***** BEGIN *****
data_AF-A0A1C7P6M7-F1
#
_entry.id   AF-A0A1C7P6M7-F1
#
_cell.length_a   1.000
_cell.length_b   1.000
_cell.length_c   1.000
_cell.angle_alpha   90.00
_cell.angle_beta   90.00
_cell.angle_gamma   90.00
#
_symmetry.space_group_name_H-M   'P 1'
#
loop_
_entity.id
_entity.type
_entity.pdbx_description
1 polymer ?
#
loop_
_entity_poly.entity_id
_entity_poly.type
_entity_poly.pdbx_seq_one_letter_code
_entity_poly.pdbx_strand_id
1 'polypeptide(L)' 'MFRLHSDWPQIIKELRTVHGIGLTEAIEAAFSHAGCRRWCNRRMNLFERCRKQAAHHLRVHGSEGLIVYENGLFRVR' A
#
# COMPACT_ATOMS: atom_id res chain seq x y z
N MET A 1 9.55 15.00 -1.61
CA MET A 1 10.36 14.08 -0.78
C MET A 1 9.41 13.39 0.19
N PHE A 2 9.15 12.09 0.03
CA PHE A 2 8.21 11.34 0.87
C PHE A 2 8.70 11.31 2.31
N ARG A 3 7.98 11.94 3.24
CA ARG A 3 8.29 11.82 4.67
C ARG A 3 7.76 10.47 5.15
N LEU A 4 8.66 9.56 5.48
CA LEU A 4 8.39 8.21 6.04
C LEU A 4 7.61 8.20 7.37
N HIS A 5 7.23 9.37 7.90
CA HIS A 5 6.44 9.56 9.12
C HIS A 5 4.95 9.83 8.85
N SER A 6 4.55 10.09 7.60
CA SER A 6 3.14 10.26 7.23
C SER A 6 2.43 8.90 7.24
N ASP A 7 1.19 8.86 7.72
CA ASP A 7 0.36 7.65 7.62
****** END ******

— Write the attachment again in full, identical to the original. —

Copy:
data_AF-A0A1C7P6M7-F1
#
_entry.id   AF-A0A1C7P6M7-F1
#
_cell.length_a   1.000
_cell.length_b   1.000
_cell.length_c   1.000
_cell.angle_alpha   90.00
_cell.angle_beta   90.00
_cell.angle_gamma   90.00
#
_symmetry.space_group_name_H-M   'P 1'
#
loop_
_entity.id
_entity.type
_entity.pdbx_description
1 polymer ?
#
loop_
_entity_poly.entity_id
_entity_poly.type
_entity_poly.pdbx_seq_one_letter_code
_entity_poly.pdbx_strand_id
1 'polypeptide(L)' 'MFRLHSDWPQIIKELRTVHGIGLTEAIEAAFSHAGCRRWCNRRMNLFERCRKQAAHHLRVHGSEGLIVYENGLFRVR' A
#
# COMPACT_ATOMS: atom_id res chain seq x y z
N MET A 1 9.55 15.00 -1.61
CA MET A 1 10.36 14.08 -0.78
C MET A 1 9.41 13.39 0.19
N PHE A 2 9.15 12.09 0.03
CA PHE A 2 8.21 11.34 0.87
C PHE A 2 8.70 11.31 2.31
N ARG A 3 7.98 11.94 3.24
CA ARG A 3 8.29 11.82 4.67
C ARG A 3 7.76 10.47 5.15
N LEU A 4 8.66 9.56 5.48
CA LEU A 4 8.39 8.21 6.04
C LEU A 4 7.61 8.20 7.37
N HIS A 5 7.23 9.37 7.90
CA HIS A 5 6.44 9.56 9.12
C HIS A 5 4.95 9.83 8.85
N SER A 6 4.55 10.09 7.60
CA SER A 6 3.14 10.26 7.23
C SER A 6 2.43 8.90 7.24
N ASP A 7 1.19 8.86 7.72
CA ASP A 7 0.36 7.65 7.62